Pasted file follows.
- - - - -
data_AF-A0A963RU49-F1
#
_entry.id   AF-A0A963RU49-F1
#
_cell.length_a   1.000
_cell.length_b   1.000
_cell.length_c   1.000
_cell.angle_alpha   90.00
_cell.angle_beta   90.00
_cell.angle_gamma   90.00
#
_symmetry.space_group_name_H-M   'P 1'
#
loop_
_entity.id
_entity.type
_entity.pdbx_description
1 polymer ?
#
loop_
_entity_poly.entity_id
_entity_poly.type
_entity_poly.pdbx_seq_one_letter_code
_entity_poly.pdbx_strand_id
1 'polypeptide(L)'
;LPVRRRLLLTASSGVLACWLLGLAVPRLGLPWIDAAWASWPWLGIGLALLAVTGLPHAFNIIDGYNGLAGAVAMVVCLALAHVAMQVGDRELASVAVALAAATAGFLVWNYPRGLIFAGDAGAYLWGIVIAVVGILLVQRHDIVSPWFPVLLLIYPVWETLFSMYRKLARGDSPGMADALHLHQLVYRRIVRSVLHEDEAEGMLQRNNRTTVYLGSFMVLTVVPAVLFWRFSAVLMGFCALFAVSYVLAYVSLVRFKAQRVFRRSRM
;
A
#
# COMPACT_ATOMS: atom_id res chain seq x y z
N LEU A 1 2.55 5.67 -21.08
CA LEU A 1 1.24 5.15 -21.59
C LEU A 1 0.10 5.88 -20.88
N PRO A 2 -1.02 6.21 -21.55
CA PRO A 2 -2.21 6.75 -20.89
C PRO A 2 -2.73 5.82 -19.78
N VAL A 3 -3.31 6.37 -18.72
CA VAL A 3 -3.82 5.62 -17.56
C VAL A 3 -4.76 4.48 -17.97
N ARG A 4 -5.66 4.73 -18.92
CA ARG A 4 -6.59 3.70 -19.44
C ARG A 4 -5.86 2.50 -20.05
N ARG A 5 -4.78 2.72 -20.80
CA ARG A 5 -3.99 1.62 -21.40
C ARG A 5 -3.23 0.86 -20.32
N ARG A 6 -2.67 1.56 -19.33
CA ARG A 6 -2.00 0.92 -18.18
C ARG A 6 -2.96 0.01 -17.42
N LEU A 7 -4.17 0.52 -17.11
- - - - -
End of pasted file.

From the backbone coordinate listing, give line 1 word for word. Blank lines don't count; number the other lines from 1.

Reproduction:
data_AF-A0A963RU49-F1